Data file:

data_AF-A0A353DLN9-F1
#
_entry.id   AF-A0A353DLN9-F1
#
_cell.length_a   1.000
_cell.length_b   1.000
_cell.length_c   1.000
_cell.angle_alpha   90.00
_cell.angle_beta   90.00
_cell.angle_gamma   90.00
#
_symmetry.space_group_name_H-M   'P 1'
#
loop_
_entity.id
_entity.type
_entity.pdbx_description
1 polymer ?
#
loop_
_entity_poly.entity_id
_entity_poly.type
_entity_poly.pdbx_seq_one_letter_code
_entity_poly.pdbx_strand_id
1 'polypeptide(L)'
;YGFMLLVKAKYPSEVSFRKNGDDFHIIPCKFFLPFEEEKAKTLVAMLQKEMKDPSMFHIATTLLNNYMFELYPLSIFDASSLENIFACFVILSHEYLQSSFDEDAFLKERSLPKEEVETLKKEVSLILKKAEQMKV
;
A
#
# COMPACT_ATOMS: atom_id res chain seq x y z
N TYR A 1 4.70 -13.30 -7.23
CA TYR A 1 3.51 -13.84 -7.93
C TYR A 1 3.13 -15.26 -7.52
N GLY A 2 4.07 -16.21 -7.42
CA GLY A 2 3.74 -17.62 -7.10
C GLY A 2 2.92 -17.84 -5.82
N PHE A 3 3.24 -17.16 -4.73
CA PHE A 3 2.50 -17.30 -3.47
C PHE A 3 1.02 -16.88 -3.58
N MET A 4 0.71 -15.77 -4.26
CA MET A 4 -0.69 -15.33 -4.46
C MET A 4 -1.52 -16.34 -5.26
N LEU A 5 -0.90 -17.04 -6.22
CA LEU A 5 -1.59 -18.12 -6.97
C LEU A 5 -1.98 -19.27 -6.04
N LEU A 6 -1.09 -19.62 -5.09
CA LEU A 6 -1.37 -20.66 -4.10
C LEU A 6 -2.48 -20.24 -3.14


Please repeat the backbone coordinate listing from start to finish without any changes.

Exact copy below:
data_AF-A0A353DLN9-F1
#
_entry.id   AF-A0A353DLN9-F1
#
_cell.length_a   1.000
_cell.length_b   1.000
_cell.length_c   1.000
_cell.angle_alpha   90.00
_cell.angle_beta   90.00
_cell.angle_gamma   90.00
#
_symmetry.space_group_name_H-M   'P 1'
#
loop_
_entity.id
_entity.type
_entity.pdbx_description
1 polymer ?
#
loop_
_entity_poly.entity_id
_entity_poly.type
_entity_poly.pdbx_seq_one_letter_code
_entity_poly.pdbx_strand_id
1 'polypeptide(L)'
;YGFMLLVKAKYPSEVSFRKNGDDFHIIPCKFFLPFEEEKAKTLVAMLQKEMKDPSMFHIATTLLNNYMFELYPLSIFDASSLENIFACFVILSHEYLQSSFDEDAFLKERSLPKEEVETLKKEVSLILKKAEQMKV
;
A
#
# COMPACT_ATOMS: atom_id res chain seq x y z
N TYR A 1 4.70 -13.30 -7.23
CA TYR A 1 3.51 -13.84 -7.93
C TYR A 1 3.13 -15.26 -7.52
N GLY A 2 4.07 -16.21 -7.42
CA GLY A 2 3.74 -17.62 -7.10
C GLY A 2 2.92 -17.84 -5.82
N PHE A 3 3.24 -17.16 -4.73
CA PHE A 3 2.50 -17.30 -3.47
C PHE A 3 1.02 -16.88 -3.58
N MET A 4 0.71 -15.77 -4.26
CA MET A 4 -0.69 -15.33 -4.46
C MET A 4 -1.52 -16.34 -5.26
N LEU A 5 -0.90 -17.04 -6.22
CA LEU A 5 -1.59 -18.12 -6.97
C LEU A 5 -1.98 -19.27 -6.04
N LEU A 6 -1.09 -19.62 -5.09
CA LEU A 6 -1.37 -20.66 -4.10
C LEU A 6 -2.48 -20.24 -3.14